Killing FOI

(I have left this comment at Andy Revkin’s “A Legal Defense Fund for Climate Scientists”)

Andy – I’m very surprised by the phrasing of your FOI question. So what if there is “fishing” involved?

The important bit about FOI is that it applies no matter what the intentions of the requester are.

Otherwise every Government agency will always argue FOI exemption by claiming the requester is “fishing” for information. And especially so if the requester is a journalist (who is presumed to be looking for something to publish, therefore pretty much single-mindedly interested in “fishing”).

Intention-dependent FOI is not freedom, rather a gracious (and always temporary) concession on the part of the State. It’s like trying to define as democratic a Parliament you can vote for only if invited to the electoral polls.

Are you sure decades of struggle to get FOI in place should be considered as wasted just to defend publicly-funded scientists who can’t understand their rights and duties, and pretend FOI is a waste of time when in reality it’s a clerical activity?

ps I’ve been subject to FOI In the past and anything I write at work can potentially be used in a court of law

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  1. diogenes
    2012/01/26 at 18:00

    In the UK, we are in danger of easing step-by-step into a culture where the cult of the so-called expert, “the man in Whitehall knows best”, tries to wrest back the power that Select Committees and FOIA have manged to prise out of the Executive. It is a move that must be resisted.

  2. 2012/01/26 at 10:59

    There seems an odd (in that it is idiotic, and clearly tanking) mindset in official quarters on matters of accountability to the public in areas the public is called upon to fund.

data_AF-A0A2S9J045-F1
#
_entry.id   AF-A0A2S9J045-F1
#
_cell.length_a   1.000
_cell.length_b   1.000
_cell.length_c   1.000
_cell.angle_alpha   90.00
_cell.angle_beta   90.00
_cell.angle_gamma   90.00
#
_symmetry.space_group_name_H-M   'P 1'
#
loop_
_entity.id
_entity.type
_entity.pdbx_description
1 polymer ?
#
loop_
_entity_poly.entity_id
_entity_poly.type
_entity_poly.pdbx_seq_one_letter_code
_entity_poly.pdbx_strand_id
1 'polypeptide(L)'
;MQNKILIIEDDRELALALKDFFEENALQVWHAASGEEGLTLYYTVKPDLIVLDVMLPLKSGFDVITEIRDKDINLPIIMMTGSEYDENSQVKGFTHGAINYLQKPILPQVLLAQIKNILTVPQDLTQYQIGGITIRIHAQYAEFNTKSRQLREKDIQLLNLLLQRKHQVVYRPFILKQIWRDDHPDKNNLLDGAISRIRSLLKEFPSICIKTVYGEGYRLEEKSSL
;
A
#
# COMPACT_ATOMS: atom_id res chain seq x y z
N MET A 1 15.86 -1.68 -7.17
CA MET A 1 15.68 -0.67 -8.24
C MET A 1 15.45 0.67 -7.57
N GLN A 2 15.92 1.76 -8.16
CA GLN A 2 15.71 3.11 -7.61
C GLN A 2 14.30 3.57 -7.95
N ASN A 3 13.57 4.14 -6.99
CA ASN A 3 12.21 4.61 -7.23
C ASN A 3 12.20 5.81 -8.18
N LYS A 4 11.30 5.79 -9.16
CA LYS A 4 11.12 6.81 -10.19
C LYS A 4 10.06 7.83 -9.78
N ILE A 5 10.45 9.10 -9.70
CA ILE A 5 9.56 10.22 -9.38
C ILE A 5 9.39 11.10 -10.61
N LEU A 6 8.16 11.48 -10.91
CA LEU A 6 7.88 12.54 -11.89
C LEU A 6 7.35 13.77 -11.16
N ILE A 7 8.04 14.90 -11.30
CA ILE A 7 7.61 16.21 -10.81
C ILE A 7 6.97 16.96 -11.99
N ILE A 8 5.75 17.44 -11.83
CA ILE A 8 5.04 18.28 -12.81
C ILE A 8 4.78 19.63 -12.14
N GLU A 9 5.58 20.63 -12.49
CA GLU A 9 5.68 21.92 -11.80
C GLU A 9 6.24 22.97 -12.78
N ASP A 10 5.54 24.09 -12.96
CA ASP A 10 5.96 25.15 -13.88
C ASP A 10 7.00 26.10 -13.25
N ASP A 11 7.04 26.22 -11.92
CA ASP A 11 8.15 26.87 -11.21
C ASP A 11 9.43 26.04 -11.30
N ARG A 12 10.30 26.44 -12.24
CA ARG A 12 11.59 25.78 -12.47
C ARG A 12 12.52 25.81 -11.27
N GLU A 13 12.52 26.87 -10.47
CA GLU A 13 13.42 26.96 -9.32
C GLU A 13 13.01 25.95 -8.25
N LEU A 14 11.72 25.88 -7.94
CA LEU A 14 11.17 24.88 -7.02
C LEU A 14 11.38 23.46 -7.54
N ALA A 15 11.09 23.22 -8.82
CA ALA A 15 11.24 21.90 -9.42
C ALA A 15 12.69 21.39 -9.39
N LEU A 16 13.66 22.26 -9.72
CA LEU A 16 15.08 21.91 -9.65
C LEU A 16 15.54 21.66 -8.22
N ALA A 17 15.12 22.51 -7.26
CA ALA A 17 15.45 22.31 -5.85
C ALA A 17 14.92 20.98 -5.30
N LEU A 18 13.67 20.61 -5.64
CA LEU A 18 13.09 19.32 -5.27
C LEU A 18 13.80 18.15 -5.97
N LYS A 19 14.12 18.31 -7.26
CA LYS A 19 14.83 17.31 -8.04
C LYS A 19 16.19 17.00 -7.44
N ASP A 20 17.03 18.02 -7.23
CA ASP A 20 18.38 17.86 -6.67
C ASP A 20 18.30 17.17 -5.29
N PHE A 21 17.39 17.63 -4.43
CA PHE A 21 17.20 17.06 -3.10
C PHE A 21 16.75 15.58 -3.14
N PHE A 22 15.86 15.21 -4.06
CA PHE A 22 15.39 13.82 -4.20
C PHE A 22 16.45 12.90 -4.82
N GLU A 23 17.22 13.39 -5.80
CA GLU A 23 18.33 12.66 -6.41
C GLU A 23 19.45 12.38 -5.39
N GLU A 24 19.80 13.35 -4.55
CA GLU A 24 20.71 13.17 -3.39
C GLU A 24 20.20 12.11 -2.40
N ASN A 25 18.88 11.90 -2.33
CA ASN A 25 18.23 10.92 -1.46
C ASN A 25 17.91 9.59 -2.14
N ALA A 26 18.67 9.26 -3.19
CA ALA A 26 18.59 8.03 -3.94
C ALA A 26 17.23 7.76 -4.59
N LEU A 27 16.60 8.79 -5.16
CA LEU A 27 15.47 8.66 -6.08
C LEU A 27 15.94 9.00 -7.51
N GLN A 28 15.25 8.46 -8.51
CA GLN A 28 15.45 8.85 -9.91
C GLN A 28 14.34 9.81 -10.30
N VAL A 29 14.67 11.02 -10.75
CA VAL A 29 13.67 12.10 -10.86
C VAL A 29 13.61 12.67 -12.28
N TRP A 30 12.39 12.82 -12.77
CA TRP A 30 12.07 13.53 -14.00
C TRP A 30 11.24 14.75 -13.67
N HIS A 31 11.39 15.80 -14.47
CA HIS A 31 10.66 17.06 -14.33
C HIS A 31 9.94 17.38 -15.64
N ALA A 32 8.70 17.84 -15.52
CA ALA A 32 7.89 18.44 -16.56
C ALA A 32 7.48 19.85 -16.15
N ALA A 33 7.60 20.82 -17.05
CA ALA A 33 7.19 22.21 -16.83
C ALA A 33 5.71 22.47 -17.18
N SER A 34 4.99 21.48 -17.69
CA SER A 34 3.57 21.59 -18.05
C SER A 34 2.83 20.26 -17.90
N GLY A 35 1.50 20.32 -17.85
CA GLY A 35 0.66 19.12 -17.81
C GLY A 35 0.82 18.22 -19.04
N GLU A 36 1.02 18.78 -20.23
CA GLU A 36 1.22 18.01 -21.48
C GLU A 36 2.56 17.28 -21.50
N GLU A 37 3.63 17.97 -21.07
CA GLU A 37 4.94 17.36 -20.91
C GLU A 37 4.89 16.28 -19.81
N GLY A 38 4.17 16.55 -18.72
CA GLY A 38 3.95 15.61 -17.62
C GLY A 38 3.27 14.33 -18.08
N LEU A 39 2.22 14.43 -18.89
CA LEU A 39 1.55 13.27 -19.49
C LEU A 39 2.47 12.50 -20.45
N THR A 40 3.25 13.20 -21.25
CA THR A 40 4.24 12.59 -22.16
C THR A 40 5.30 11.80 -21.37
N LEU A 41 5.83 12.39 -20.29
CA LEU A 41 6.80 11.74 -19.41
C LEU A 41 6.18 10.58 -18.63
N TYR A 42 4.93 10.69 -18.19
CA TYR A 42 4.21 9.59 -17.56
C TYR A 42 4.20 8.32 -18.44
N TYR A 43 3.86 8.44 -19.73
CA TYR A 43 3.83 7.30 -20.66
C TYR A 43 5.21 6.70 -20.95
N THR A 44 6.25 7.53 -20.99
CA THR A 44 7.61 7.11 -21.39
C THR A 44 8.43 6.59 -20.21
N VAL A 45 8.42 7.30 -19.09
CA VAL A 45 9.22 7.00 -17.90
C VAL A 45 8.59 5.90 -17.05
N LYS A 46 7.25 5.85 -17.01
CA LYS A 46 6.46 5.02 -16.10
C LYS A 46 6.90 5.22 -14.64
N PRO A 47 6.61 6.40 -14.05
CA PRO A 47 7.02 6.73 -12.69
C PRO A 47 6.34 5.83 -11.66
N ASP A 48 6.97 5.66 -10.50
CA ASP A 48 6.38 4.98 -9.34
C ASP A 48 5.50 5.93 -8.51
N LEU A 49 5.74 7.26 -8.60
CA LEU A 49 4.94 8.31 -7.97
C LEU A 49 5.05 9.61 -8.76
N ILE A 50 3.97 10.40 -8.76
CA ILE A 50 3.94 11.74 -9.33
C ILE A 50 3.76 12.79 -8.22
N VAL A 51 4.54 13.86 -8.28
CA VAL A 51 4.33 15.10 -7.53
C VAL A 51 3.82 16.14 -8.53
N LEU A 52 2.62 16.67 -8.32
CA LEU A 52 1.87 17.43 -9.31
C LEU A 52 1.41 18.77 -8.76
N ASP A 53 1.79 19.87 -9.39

Clearly, if a semantic distinction, any request for information could be deemed, by the target, as ‘fishing’. That is, in itself, no excuse for rejection, especially in trying to hide rules of their own creation to justify doing so, based on their selected terminology.

    The BBC is also at it. Only the ‘get out of answering further questions free’ card they are now deploying is ‘bad faith’. Applied even to simple repeats of questions when they remain unanswered.

    They appear to feel it is a game. Not sure it is one that will be won with such tactics.

  3. 2012/01/26 at 10:00

    I thought that a FOI request was fishing for information. The reason being that insufficient data is available to justify the agency’s decisions. Publicly funded science is just that, Public so must be open to inspection. Refusal to release data is taunt amount to hiding the truth to preach lies.

  4. 2012/01/26 at 00:23

    There’s some odd stuff bobbing to the surface around and about, and while in isolation it is irritating, in combination it is downright spooky.

    In so many days I am reading of others being subjected to an “expedited complaints handling procedure” by the publicly funded national broadcaster.

    It appears to mean that the BBC can no longer be bothered even pretending to answer questions on what they are up to. This from an entity that already uses public funds in legal defences to prevent the public finding out what it is paying for.

    Not, I would suggest, an ideal set of affairs all round.

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